Green Roof FAQ

  • Why would anyone want to put plants on a roof?

    Green roofs offer a broad spectrum of environmental benefits, many of which are explained in our Green Roof Primer:The Big Idea. Plus, they’re just plain nicer to look at than other kinds of roofing.
  • What's underneath the plants?

    The diagram below shows the typical layers in a green roof assembly. The exact pieces used on any specific roof may vary, but this covers the basics.
    From the top down:
    1. Plants

      Read more about the plants in the answer to the next question.

    2. Growing Medium

      Don’t call it dirt! It’s a highly-engineered, lightweight mix with relatively low organic content. Ordinary topsoil or potting mixes can promote weeds, clog drainage, overload the structure, or even support fire. And erosion control blanket (not shown) helps keep wind and water from carrying away the growing medium, and provides a mulch layer while the plants grow in.

    3. Filter Fabric

      This keeps small particles of growing medium from clogging the drainage system.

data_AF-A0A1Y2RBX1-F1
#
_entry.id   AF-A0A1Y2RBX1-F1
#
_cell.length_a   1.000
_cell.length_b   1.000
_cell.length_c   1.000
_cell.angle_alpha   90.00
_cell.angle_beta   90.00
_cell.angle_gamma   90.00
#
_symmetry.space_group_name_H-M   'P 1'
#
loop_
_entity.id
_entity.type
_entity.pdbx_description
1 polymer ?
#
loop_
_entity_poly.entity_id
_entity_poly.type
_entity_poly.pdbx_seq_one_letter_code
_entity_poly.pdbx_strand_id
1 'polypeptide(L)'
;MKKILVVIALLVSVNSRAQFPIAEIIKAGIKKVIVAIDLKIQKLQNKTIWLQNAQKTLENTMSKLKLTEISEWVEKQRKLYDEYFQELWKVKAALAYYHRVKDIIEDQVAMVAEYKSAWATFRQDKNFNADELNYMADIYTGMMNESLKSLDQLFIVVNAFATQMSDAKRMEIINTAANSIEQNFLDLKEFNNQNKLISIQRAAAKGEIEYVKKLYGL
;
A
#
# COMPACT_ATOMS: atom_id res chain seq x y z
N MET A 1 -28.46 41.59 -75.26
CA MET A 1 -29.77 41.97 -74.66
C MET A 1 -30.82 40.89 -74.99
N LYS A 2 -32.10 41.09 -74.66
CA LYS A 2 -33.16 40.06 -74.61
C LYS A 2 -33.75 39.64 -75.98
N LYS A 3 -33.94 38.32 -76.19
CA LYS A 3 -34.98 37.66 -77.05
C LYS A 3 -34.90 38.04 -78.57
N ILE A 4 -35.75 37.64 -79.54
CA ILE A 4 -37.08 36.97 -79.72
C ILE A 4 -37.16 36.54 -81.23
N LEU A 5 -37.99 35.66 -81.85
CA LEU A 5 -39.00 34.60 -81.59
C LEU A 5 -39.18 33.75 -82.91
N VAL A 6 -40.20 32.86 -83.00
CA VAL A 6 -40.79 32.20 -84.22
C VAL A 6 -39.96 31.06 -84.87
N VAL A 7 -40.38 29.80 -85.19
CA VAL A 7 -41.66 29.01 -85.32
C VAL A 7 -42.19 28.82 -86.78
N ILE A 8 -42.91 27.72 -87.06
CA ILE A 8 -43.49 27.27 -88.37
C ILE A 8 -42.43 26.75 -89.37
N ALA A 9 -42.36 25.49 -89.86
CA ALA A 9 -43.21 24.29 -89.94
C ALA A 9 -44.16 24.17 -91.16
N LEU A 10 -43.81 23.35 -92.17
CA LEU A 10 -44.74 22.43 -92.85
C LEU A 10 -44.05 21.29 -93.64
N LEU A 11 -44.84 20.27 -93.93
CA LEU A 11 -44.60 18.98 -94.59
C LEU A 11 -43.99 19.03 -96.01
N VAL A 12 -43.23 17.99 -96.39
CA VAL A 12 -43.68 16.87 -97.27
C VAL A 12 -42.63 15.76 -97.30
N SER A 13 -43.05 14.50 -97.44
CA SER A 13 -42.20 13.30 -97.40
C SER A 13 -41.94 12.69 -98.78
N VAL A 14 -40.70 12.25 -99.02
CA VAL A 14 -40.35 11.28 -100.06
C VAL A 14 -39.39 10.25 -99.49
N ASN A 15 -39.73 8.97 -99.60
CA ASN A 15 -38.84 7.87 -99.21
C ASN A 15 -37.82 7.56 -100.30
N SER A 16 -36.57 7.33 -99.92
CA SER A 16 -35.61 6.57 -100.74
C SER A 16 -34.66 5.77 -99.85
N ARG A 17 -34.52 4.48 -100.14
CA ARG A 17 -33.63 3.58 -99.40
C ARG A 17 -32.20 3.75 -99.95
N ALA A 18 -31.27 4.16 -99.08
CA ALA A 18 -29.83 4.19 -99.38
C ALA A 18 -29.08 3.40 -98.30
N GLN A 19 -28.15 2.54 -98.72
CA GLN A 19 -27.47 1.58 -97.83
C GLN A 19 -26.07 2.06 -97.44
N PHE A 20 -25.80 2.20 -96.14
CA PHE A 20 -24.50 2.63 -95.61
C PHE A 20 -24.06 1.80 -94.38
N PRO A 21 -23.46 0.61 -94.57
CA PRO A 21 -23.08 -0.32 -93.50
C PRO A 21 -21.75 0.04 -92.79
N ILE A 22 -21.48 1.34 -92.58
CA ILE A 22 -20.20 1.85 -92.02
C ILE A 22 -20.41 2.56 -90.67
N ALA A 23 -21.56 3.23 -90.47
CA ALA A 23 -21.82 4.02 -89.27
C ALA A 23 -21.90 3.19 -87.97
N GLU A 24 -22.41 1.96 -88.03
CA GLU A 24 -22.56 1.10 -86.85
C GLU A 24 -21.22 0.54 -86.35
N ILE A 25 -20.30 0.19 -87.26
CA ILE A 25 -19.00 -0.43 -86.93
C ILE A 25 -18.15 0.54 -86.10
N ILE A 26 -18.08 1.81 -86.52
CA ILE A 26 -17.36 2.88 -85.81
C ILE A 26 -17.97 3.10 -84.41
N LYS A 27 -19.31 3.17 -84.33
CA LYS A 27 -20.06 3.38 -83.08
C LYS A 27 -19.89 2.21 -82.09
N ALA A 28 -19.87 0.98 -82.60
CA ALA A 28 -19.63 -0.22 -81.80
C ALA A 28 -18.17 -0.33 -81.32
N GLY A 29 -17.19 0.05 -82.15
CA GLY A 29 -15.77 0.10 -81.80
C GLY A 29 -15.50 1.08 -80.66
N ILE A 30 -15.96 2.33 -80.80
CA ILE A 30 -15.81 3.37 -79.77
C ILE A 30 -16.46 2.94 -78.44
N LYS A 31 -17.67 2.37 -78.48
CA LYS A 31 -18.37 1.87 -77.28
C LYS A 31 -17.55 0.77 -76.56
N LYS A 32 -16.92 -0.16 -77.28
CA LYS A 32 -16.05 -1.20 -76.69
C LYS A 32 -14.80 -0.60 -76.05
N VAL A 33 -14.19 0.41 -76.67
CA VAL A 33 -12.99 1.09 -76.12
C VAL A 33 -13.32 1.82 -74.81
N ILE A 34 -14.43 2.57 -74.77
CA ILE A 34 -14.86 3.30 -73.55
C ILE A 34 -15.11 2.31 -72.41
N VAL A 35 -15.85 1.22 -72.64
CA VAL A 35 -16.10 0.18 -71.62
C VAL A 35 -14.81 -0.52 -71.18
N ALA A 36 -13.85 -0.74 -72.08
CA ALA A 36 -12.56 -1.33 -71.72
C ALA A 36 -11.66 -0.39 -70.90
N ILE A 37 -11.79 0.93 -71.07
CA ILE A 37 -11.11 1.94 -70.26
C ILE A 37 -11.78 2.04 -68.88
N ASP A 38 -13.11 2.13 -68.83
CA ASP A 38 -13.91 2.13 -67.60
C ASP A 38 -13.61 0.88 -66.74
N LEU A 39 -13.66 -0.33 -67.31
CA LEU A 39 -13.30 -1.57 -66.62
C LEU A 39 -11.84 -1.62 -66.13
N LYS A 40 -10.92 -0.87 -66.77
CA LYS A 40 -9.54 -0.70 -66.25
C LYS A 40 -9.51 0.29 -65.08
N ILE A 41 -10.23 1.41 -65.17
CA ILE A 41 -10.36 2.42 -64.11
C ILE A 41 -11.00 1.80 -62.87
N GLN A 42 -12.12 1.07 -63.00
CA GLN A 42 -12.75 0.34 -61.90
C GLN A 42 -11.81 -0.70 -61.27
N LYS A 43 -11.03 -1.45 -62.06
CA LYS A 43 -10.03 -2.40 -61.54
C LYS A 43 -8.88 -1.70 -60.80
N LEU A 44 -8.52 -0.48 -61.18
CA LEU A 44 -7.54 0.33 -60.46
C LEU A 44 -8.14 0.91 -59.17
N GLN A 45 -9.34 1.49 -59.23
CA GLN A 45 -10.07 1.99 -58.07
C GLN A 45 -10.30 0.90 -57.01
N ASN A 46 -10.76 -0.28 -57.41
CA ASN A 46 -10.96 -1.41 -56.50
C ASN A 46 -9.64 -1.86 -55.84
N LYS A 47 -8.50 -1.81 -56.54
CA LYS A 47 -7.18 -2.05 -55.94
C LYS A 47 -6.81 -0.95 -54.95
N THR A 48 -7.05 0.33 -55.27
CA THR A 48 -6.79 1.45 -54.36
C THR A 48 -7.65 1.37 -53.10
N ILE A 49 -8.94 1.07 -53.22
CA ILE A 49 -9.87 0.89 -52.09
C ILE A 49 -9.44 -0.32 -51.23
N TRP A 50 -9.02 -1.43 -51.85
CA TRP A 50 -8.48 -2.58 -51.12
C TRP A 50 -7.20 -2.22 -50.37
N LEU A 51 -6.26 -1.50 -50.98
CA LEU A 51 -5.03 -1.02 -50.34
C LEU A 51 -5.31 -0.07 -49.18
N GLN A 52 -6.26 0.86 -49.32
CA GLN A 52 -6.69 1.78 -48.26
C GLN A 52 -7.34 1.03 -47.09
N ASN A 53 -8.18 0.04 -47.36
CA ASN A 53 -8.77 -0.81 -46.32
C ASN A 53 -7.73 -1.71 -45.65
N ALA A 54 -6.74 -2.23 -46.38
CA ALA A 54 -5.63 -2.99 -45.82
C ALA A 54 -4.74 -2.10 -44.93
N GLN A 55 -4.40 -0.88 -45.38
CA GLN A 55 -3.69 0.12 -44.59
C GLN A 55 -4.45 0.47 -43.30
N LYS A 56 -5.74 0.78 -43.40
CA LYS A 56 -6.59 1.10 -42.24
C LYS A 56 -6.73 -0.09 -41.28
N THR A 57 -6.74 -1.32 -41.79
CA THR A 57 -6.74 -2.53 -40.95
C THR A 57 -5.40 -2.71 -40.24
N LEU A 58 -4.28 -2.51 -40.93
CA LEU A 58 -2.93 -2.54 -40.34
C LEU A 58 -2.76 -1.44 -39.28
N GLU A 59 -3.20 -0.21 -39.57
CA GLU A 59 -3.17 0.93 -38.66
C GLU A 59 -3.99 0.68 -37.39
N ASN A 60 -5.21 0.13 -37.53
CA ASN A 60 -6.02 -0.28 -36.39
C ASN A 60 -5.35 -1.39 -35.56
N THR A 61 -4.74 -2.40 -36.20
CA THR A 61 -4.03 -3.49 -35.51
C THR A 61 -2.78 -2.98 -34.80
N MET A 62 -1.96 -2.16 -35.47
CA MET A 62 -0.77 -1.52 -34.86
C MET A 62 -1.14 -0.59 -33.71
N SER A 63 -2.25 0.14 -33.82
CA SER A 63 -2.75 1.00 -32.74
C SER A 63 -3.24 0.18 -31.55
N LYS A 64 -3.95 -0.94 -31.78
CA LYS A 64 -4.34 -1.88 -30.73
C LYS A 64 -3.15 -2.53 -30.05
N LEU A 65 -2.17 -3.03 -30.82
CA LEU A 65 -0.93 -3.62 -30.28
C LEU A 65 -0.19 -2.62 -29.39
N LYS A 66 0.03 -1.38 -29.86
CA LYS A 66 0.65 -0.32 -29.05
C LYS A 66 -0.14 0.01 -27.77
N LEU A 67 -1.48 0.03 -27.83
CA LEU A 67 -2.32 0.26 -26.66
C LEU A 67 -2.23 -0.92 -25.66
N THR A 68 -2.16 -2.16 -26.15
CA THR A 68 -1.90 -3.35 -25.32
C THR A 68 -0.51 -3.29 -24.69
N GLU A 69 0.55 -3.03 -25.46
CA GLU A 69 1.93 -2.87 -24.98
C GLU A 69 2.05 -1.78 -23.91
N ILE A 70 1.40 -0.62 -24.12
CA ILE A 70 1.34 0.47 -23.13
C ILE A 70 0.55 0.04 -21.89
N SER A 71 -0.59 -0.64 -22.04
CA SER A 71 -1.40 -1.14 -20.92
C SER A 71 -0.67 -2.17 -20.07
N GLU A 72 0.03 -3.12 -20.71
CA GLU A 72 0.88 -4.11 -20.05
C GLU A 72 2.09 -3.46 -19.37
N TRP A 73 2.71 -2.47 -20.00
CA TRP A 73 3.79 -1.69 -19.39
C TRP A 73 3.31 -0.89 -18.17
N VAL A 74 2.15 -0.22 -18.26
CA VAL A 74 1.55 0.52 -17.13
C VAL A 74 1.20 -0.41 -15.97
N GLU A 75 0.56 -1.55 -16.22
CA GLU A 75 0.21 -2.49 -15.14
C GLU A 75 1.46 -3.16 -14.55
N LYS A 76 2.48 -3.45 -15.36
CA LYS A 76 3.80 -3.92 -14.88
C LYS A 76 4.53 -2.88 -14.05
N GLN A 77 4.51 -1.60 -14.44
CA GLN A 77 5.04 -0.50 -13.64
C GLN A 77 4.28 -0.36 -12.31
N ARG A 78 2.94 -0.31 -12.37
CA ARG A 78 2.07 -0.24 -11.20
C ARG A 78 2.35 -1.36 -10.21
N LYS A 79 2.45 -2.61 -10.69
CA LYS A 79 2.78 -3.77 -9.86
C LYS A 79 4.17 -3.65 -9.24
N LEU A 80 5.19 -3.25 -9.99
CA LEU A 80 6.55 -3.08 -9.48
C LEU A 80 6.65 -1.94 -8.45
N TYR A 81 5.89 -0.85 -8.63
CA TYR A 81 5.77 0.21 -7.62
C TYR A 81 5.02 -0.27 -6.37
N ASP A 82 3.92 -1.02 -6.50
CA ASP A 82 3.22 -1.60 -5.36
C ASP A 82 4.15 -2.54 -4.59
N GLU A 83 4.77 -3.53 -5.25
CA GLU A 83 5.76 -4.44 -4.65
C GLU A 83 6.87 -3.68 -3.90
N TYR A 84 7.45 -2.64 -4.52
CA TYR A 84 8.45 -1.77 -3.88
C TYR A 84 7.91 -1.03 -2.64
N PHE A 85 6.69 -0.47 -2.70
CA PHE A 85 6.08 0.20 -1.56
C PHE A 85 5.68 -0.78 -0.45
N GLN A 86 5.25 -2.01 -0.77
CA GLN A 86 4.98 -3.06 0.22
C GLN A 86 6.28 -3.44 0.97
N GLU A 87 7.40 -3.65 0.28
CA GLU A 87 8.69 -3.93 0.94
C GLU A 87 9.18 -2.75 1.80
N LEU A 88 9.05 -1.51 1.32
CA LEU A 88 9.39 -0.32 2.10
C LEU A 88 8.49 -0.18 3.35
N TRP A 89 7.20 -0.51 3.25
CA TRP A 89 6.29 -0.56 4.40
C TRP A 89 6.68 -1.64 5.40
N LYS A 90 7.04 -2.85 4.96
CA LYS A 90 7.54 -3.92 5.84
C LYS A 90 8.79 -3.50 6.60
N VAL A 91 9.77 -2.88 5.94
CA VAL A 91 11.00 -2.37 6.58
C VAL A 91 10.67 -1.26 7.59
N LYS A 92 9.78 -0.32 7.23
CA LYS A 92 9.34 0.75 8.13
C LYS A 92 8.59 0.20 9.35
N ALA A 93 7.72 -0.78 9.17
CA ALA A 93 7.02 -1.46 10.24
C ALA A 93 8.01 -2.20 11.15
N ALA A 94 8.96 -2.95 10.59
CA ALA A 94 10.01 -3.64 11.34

4. Drainage and Retention Layer

      This is a specialized product, often consisting of a perforated and dimpled sheet of plastic. During a rainstorm, the dimples store water for the plants to use; once they’re full, excess water passes through small weep holes into the void space below.

    5. Insulation

      A rigid, closed-cell foam insulation reduces the building’s heat gain and loss.

    6. Root Barrier

      This prevents the plants’ roots from getting into the seams of the waterproofing.

    7. Waterproofing

      A quality waterproofing membrane keeps the water out of the building. A green roof cannot be installed over shingles and some other types of roofing.

    8. Substrate

      Green roofs can be installed over buildings of just about any material, including concrete, steel, and wood.

  • What kinds of plants are used?

    Sedums and other succulents are common, since they’re hardy, shallow-rooted and drought-tolerant. Natives plants can also be used, and we’re lucky here in Minnesota to have native species that are adapted to bedrock bluff prairies (or “goat prairies”). They’re used to living in shallow soils over rock ledges, with lots of sun and wind exposure, so they’re good candidates. Turf grass is rarely used: it’s too water-intensive and requires a lot of maintenance.
  • Aren't they heavy?

    INTENSIVE

    EXTENSIVE